Administrators of employee benefit plans may previously not have been aware of their possible obligation to make “FBAR” filings with the Internal Revenue Service. All U.S. persons with a financial interest in, or signature or other authority over, foreign financial accounts with an aggregate value over $10,000 in a calendar year must file Form TD F 90-22.1, Report of Foreign Bank and Financial Accounts (FBAR).
Recently, the IRS broadened the definition of the “U.S. persons” to whom the FBAR requirements apply and made some other changes to the FBAR form. The publicity about these changes has also focused more attention on the FBAR filing requirement itself.
Employee benefit plans may be subject to the FBAR requirement under circumstances involving investments such as the following:
- A private equity, real estate or hedge fund that is organized outside the U.S.
- An offshore “feeder” fund that invests in a “master” fund
- A securities or futures trading account maintained for the plan in a foreign jurisdiction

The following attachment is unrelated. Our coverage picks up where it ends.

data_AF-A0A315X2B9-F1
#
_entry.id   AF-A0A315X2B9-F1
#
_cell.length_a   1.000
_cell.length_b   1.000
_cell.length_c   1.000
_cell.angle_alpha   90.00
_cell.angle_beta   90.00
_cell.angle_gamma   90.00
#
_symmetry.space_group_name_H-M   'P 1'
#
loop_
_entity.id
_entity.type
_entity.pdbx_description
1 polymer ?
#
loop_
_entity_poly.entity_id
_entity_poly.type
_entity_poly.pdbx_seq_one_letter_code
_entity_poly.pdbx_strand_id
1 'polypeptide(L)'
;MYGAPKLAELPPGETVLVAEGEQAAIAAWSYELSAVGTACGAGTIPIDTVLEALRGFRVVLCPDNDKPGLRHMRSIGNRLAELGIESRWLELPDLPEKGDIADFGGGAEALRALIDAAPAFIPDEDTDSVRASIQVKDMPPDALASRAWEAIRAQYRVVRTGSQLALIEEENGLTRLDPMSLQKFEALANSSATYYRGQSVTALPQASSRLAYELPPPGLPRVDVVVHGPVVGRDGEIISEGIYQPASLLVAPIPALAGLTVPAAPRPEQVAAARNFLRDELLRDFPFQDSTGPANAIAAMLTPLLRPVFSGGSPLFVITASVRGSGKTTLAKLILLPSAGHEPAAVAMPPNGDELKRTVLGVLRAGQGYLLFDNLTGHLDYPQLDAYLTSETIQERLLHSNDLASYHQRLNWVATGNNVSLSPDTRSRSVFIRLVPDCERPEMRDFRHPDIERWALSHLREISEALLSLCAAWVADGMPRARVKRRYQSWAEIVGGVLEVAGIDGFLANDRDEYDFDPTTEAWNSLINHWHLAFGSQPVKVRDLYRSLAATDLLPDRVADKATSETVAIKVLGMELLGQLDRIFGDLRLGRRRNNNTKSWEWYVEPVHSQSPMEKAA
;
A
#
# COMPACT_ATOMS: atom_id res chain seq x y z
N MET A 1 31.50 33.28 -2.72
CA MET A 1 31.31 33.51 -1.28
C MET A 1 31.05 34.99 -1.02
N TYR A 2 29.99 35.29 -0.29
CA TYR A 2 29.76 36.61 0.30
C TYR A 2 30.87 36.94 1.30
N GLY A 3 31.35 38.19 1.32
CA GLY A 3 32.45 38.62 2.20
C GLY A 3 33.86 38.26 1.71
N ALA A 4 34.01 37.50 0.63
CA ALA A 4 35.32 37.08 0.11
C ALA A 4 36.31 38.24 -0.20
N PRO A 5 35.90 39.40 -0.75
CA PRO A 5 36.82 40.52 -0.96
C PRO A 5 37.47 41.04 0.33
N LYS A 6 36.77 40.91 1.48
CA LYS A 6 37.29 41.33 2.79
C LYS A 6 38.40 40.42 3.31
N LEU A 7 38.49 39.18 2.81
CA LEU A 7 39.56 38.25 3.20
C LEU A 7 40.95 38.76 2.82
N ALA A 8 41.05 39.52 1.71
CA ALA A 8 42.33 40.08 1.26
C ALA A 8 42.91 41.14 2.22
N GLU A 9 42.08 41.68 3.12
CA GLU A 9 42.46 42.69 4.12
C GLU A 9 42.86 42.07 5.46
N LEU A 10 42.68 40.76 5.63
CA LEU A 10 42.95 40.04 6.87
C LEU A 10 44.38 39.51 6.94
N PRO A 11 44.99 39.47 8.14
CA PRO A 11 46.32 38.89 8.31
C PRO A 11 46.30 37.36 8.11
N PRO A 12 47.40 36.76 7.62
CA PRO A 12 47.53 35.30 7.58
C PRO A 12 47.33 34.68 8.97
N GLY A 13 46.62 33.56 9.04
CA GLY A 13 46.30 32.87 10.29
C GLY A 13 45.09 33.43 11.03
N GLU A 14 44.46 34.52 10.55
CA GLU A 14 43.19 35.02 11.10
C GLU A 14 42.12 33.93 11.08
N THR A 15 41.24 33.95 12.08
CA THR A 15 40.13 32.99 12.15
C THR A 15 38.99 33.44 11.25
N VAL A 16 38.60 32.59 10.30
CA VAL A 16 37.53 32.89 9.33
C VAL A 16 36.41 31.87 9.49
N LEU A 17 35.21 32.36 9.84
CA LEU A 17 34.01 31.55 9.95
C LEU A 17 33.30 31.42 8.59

The FBAR normally is due June 30 of the year following the calendar year for which it is filed. For 2008 FBARs, the IRS has announced that taxpayers who have recently learned of the FBAR requirement have until September 23 to file. Separately, the IRS has announced that FBARs for pre-2008 calendar years may be filed without penalty by September 23, provided that the taxpayer reported and paid any tax due with respect to the foreign account.
The appropriate persons involved in plan administration should consider whether a plan and/or individuals involved in the administration of the plan may be subject to the FBAR filing requirements for 2008 or prior calendar years, and consult with tax advisors to determine if any action is necessary.